Book Announcement: The Girl in the Tangerine Scarf: A Novel (Mohja Kahf)
” A sensitive, passionate and occasionally lyrical book.”—Dr. A Yemisi Jimoh—Dr. A Yemisi Jimoh
“A refreshingly human look at growing up Muslim in America…. clean American prose that shows brilliance.”—Daniel Abdal-Hayy Moore—Daniel Abdal-Hayy Moore
“Mohja Kahf is a clear-eyed, nervy, and passionate writer…. This is a bright, vivid, and important book.”—Molly Giles—Molly Giles
Syrian immigrant Khadra Shamy is growing up in a devout, tightly knit Muslim family in 1970s Indiana, at the crossroads of bad polyester and Islamic dress codes. Along with her brother Eyad and her African-American friends, Hakim and Hanifa, she bikes the Indianapolis streets exploring the fault-lines between “Muslim” and “American.”
When her picture-perfect marriage goes sour, Khadra flees to Syria and learns how to pray again. On returning to America she works in an eastern state—taking care to stay away from Indiana, where the murder of her friend Tayiba’s sister by Klan violence years before still haunts her. But when her job sends her to cover a national Islamic conference in Indianapolis, she’s back on familiar ground finding herself attending a concert by her brother’s interfaith band The Clash of Civilizations, dodging questions from the “aunties” and “uncles,” and running into the recently divorced Hakim everywhere.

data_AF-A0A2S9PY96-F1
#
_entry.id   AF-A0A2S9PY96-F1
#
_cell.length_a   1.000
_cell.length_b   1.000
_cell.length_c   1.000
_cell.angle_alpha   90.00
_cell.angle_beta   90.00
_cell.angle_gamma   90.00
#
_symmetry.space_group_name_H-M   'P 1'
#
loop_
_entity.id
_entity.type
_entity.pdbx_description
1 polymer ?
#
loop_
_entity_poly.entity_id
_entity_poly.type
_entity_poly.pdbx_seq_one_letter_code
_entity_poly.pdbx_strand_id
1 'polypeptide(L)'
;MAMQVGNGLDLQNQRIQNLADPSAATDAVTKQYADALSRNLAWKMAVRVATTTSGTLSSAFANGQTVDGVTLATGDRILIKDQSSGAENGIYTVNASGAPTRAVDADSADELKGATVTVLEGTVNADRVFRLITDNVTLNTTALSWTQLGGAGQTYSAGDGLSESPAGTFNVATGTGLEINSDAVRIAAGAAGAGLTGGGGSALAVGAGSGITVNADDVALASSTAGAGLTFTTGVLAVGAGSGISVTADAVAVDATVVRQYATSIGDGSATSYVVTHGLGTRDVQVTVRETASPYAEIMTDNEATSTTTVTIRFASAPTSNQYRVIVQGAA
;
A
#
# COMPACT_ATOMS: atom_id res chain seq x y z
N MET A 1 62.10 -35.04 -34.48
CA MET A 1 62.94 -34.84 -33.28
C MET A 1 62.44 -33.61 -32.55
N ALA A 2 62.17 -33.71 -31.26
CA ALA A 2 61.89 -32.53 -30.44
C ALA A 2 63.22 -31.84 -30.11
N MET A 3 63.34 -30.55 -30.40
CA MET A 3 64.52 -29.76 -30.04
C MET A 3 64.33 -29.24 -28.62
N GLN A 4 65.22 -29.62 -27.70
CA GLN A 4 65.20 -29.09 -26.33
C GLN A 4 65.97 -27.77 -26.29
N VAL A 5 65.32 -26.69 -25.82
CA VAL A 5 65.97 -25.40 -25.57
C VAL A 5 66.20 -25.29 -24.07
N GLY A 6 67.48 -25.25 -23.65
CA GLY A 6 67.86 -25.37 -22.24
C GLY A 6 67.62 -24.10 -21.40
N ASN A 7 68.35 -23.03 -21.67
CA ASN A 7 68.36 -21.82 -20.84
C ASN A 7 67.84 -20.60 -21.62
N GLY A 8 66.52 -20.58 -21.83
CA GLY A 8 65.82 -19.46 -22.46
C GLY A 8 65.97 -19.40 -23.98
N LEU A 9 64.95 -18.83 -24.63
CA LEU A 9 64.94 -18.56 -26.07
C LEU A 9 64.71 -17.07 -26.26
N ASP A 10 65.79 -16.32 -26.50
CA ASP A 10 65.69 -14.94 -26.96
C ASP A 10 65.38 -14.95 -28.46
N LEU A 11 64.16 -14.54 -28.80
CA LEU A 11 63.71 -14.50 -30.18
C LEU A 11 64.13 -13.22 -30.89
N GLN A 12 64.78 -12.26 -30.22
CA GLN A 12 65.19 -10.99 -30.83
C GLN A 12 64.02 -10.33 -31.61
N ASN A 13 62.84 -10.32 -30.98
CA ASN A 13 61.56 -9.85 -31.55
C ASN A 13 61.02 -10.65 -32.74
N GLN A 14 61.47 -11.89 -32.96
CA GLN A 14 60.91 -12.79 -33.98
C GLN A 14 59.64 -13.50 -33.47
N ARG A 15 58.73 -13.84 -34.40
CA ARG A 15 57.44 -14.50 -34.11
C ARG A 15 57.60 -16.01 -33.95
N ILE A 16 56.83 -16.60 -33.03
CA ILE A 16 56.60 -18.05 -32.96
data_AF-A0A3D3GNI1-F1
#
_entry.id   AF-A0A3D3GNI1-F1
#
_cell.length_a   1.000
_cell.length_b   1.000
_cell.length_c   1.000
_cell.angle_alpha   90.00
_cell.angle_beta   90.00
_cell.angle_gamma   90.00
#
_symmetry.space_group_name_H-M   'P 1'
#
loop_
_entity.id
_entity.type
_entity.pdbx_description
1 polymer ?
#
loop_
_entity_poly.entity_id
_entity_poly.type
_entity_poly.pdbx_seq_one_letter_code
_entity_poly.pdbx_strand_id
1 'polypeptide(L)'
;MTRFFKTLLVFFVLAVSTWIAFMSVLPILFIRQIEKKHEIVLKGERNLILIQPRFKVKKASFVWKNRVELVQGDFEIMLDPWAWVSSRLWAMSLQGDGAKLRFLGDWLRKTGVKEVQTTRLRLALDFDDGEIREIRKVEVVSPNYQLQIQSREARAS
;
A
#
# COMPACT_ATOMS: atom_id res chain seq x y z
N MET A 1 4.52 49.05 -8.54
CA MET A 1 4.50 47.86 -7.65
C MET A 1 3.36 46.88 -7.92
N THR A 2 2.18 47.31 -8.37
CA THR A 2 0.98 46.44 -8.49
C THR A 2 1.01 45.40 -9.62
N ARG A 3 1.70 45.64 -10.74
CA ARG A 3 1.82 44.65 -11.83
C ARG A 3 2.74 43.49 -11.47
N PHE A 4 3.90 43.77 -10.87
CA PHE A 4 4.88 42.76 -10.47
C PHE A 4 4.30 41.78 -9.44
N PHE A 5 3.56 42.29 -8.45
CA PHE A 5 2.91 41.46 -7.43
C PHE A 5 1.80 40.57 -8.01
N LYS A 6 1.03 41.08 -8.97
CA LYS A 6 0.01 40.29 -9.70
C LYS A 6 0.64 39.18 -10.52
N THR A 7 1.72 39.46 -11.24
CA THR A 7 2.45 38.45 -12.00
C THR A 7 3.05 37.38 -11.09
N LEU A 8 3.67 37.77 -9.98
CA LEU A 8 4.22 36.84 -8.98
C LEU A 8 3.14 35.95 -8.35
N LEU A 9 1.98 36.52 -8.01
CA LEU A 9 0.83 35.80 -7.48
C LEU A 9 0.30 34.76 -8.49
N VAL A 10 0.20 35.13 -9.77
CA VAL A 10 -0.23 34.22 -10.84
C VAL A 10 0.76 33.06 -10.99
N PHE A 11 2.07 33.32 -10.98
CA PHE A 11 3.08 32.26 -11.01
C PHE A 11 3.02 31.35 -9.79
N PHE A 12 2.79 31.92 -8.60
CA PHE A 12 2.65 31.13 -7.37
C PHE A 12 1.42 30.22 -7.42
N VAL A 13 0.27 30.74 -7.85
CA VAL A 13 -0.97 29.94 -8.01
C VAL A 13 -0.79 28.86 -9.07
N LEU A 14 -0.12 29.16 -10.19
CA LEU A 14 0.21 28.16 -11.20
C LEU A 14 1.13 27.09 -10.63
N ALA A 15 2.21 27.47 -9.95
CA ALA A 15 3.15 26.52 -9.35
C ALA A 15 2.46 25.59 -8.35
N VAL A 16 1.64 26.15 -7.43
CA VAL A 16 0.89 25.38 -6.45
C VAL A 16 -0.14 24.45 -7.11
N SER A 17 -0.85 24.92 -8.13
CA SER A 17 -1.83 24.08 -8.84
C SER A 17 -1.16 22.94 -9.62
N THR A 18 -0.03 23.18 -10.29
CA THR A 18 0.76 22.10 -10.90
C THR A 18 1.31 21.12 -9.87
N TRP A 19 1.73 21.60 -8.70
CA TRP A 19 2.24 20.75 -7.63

Beautifully written and featuring an exuberant cast of characters, The Girl in the Tangerine Scarf charts the spiritual and social landscape of Muslims in middle America, from five daily prayers to the Indy 500 car race. It is a riveting debut from an important new voice.
About the Author
Mohja Kahf was born in Damascus, Syria, and came to the U.S. as a child. An associate professor of comparative literature at the University of Arkansas, she is the author of Western Representations of the Muslim Woman: From Termagant to Odalisque, and winner of an Arkansas Arts Council award. Her first book of poetry, E-mails from Scheherazad, was a finalist in the 2004 Paterson Poetry Prize.